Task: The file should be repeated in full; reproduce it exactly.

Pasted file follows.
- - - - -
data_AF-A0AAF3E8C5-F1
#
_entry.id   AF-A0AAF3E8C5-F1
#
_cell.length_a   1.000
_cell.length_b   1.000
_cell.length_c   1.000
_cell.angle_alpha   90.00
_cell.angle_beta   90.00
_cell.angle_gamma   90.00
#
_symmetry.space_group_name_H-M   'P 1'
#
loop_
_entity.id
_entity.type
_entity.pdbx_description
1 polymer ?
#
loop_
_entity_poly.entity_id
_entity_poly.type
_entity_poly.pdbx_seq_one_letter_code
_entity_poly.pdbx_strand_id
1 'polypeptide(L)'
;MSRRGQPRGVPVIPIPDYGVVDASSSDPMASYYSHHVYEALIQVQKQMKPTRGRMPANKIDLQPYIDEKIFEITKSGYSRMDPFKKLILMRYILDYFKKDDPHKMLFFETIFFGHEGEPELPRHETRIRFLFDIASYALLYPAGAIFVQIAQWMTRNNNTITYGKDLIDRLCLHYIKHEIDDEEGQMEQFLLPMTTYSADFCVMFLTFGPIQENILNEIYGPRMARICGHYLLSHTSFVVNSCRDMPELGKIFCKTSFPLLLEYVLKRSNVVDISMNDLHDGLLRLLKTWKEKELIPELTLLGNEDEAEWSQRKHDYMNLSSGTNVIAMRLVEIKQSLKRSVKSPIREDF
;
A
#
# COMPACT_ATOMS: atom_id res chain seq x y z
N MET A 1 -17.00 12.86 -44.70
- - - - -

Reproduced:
data_AF-A0AAF3E8C5-F1
#
_entry.id   AF-A0AAF3E8C5-F1
#
_cell.length_a   1.000
_cell.length_b   1.000
_cell.length_c   1.000
_cell.angle_alpha   90.00
_cell.angle_beta   90.00
_cell.angle_gamma   90.00
#
_symmetry.space_group_name_H-M   'P 1'
#
loop_
_entity.id
_entity.type
_entity.pdbx_description
1 polymer ?
#
loop_
_entity_poly.entity_id
_entity_poly.type
_entity_poly.pdbx_seq_one_letter_code
_entity_poly.pdbx_strand_id
1 'polypeptide(L)'
;MSRRGQPRGVPVIPIPDYGVVDASSSDPMASYYSHHVYEALIQVQKQMKPTRGRMPANKIDLQPYIDEKIFEITKSGYSRMDPFKKLILMRYILDYFKKDDPHKMLFFETIFFGHEGEPELPRHETRIRFLFDIASYALLYPAGAIFVQIAQWMTRNNNTITYGKDLIDRLCLHYIKHEIDDEEGQMEQFLLPMTTYSADFCVMFLTFGPIQENILNEIYGPRMARICGHYLLSHTSFVVNSCRDMPELGKIFCKTSFPLLLEYVLKRSNVVDISMNDLHDGLLRLLKTWKEKELIPELTLLGNEDEAEWSQRKHDYMNLSSGTNVIAMRLVEIKQSLKRSVKSPIREDF
;
A
#
# COMPACT_ATOMS: atom_id res chain seq x y z
N MET A 1 -17.00 12.86 -44.70